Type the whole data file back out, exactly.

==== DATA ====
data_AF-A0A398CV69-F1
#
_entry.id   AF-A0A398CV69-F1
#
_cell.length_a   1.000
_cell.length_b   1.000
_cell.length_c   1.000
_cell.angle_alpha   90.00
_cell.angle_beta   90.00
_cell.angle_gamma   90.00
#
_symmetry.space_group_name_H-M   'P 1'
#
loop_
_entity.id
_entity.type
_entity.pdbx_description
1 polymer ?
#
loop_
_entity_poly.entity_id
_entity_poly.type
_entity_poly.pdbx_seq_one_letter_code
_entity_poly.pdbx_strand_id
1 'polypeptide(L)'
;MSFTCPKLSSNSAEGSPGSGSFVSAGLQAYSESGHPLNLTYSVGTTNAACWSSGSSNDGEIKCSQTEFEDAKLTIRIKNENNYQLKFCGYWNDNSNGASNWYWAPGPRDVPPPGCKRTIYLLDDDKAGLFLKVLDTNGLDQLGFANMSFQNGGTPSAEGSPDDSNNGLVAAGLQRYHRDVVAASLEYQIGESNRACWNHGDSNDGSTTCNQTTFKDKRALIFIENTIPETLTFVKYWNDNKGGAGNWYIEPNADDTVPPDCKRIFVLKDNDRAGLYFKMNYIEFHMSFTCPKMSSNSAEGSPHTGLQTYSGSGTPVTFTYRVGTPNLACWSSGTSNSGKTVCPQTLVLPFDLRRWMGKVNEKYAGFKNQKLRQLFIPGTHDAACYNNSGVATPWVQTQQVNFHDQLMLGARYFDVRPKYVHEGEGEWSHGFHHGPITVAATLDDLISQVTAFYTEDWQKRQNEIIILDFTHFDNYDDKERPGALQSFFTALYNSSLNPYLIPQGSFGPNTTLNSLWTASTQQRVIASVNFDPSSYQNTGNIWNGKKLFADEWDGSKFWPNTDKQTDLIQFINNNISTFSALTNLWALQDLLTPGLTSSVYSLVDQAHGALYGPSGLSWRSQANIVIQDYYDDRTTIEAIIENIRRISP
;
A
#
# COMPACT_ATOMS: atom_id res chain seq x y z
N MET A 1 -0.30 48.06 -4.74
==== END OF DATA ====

data_AF-A0A398CV69-F1
#
_entry.id   AF-A0A398CV69-F1
#
_cell.length_a   1.000
_cell.length_b   1.000
_cell.length_c   1.000
_cell.angle_alpha   90.00
_cell.angle_beta   90.00
_cell.angle_gamma   90.00
#
_symmetry.space_group_name_H-M   'P 1'
#
loop_
_entity.id
_entity.type
_entity.pdbx_description
1 polymer ?
#
loop_
_entity_poly.entity_id
_entity_poly.type
_entity_poly.pdbx_seq_one_letter_code
_entity_poly.pdbx_strand_id
1 'polypeptide(L)'
;MSFTCPKLSSNSAEGSPGSGSFVSAGLQAYSESGHPLNLTYSVGTTNAACWSSGSSNDGEIKCSQTEFEDAKLTIRIKNENNYQLKFCGYWNDNSNGASNWYWAPGPRDVPPPGCKRTIYLLDDDKAGLFLKVLDTNGLDQLGFANMSFQNGGTPSAEGSPDDSNNGLVAAGLQRYHRDVVAASLEYQIGESNRACWNHGDSNDGSTTCNQTTFKDKRALIFIENTIPETLTFVKYWNDNKGGAGNWYIEPNADDTVPPDCKRIFVLKDNDRAGLYFKMNYIEFHMSFTCPKMSSNSAEGSPHTGLQTYSGSGTPVTFTYRVGTPNLACWSSGTSNSGKTVCPQTLVLPFDLRRWMGKVNEKYAGFKNQKLRQLFIPGTHDAACYNNSGVATPWVQTQQVNFHDQLMLGARYFDVRPKYVHEGEGEWSHGFHHGPITVAATLDDLISQVTAFYTEDWQKRQNEIIILDFTHFDNYDDKERPGALQSFFTALYNSSLNPYLIPQGSFGPNTTLNSLWTASTQQRVIASVNFDPSSYQNTGNIWNGKKLFADEWDGSKFWPNTDKQTDLIQFINNNISTFSALTNLWALQDLLTPGLTSSVYSLVDQAHGALYGPSGLSWRSQANIVIQDYYDDRTTIEAIIENIRRISP
;
A
#
# COMPACT_ATOMS: atom_id res chain seq x y z
N MET A 1 -0.30 48.06 -4.74